With all of that said, you can’t strategize to be slightly behind the Patriots in the last 5 minutes. You have to strategize to blow them out. If you are ahead by a little at the end of the game, you have to grind it out, that’s what championship teams do. If you are slightly behind though with 5 minutes to go, you may have the Pats right where you want them.

On defense if you are going to beat the Pats, you have to get pressure up the middle with the defensive line first and foremost. Brady seems to like to throw to the flats, or in front of him between the hashes. You have to get pressure in his face without blitzing every down. When you do blitz, mix up the edge rush and press the slot receivers. I am not sure why more teams aren’t successful with this, especially since New England goes so often without a running back at all.

On offense, you have to run the ball, control the clock and keep Brady and his crew on the sidelines as much as possible. In the passing game, you need to attack the middle of the field, and take advantage of the linebackers in coverage. Remember that the Patriots kept Adalius Thomas on the sidelines for most of the Colts game for a nickel back. The same Adalius Thomas who used to play gunner on punts and cover Chad Johnson for the Ravens and was coveted for his athleticism.

The last thing you need is luck. And to an extent you make your own luck. I think the team that can beat New England will have to be aggressive, and it wouldn’t hurt to catch New England sleeping a bit too. There is also at least one small faction of fans that believe that New England might not be built for the cold weather that we’ve come to expect in Foxboro in January. They certainly don’t play like any cold weather team we’ve seen in the past. Maybe home field advantage will come back to hurt them.

Again, given that prescription, I think San Diego is the most likely candidate. With Olshansky, Williams and Castillo providing the line rush and Merriman and Phillips on the edge they could bother Brady. Only 4 teams have allowed less passing TDs than the Chargers and they lead the NFL in sacks and are tied with New England for the AFC lead in INTs.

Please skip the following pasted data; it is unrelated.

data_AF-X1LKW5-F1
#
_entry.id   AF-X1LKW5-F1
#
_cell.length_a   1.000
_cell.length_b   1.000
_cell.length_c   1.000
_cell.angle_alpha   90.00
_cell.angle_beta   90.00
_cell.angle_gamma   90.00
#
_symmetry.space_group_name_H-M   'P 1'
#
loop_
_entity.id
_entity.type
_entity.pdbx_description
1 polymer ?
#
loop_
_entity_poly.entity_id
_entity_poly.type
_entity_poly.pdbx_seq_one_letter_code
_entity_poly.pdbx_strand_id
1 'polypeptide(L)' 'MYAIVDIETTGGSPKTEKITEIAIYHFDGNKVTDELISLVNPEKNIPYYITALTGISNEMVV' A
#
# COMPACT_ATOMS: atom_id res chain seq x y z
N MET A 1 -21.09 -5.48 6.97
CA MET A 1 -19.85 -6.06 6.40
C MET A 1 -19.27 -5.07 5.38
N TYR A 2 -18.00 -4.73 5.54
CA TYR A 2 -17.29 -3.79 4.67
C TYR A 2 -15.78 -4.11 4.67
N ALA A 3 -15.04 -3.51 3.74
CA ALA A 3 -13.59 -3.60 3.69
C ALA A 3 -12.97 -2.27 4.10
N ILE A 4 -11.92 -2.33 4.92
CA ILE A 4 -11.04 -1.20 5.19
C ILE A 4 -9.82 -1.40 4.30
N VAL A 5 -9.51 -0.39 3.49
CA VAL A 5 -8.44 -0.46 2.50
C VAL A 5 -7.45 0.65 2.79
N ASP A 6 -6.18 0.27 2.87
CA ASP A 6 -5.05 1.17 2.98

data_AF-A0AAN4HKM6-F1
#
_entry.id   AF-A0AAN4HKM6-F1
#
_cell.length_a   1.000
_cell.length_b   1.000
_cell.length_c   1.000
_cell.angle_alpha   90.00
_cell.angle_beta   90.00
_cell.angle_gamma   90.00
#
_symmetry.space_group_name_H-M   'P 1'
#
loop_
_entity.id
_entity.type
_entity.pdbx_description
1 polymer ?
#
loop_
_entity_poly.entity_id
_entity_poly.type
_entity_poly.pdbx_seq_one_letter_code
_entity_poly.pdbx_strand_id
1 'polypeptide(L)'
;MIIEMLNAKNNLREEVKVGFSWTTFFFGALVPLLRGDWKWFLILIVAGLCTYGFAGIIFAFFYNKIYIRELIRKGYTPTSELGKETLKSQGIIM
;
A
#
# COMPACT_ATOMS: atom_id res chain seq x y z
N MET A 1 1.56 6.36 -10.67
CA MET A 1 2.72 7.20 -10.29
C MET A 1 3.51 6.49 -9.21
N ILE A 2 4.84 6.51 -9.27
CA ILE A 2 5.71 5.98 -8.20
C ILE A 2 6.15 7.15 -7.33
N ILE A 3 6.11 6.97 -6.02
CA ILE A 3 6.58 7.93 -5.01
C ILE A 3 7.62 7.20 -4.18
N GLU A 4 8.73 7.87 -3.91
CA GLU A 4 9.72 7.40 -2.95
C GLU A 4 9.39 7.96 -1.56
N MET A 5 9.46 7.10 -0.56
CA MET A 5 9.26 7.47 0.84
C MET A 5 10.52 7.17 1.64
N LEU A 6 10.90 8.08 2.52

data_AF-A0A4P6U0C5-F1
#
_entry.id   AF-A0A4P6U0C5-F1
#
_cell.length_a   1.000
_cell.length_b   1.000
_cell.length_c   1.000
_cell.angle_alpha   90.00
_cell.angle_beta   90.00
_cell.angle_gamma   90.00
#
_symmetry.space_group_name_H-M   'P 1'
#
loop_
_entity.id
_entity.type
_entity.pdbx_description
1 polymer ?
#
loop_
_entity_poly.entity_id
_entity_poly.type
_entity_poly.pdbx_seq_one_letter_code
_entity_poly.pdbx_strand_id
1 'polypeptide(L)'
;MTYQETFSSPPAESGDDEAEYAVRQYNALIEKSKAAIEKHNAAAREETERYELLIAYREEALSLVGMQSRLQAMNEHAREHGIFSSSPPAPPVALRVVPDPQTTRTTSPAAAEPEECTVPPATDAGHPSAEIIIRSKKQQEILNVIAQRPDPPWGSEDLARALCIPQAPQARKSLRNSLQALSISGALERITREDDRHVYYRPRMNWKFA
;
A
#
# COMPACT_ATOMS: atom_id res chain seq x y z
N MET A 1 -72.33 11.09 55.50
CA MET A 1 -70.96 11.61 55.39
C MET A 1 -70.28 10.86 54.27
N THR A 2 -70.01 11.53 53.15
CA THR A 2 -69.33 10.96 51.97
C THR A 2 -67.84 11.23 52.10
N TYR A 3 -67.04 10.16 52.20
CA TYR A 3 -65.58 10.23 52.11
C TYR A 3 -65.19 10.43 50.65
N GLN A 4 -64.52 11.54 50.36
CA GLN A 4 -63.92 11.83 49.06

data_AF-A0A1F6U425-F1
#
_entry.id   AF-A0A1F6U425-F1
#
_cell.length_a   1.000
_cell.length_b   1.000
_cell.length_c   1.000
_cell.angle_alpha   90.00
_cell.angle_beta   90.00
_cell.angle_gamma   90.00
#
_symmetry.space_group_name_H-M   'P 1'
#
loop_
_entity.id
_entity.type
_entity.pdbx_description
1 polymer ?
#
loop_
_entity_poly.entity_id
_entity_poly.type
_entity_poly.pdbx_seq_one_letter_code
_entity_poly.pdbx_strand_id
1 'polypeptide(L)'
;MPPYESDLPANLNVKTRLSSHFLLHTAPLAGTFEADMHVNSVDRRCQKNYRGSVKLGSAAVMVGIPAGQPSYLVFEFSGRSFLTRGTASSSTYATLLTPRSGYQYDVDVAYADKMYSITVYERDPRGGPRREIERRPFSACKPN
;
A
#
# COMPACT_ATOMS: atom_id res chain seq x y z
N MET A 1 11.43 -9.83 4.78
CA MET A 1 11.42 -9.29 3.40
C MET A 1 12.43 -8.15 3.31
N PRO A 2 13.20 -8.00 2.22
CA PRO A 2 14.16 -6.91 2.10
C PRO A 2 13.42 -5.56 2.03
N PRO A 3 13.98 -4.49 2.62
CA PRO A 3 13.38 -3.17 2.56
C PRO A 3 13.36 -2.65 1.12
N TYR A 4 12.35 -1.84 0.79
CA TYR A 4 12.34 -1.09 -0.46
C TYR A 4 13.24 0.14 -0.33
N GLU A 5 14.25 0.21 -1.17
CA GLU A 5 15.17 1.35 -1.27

On offense the Chargers can attack the middle with Gates in the passing game and have lots of receivers to spread the field, although it remains to be seen if Rivers can consistently get them the ball. They can control the clock with LT, and after being blown out by New England once already they may catch them sleeping a bit too.

While I’m on this hate fest, let me say that I think the Patriots may have gotten less than they expected in Adalius Thomas. His numbers are marginally better than Jarrett Johnson who replaced him in most capacities. That’s even worse when you consider that he’s played most of this season in the middle. He’s in the first year of a 5-year deal, and again while coveted for his athleticism was on the sidelines for most of the Colts game.

They also have an aging linebacker corps in addition to Thomas, and Asante Samuel playing under the franchise tag. And Randy Moss is playing for peanuts this year, and looks like a genius for taking the pay cut to facilitate the trade. He’ll get ridiculous money as a free agent this year. I have no idea what the Patriots cap situation looks like for upcoming seasons, but based on the way they’ve been doing business up until now, I’m sure that they have it well under control. I still have to think that they’ll look much different next year so maybe their window is closing. At least I can hope, while I’m hating on them that is.

Peace,
T
(thyrl@wnst.net)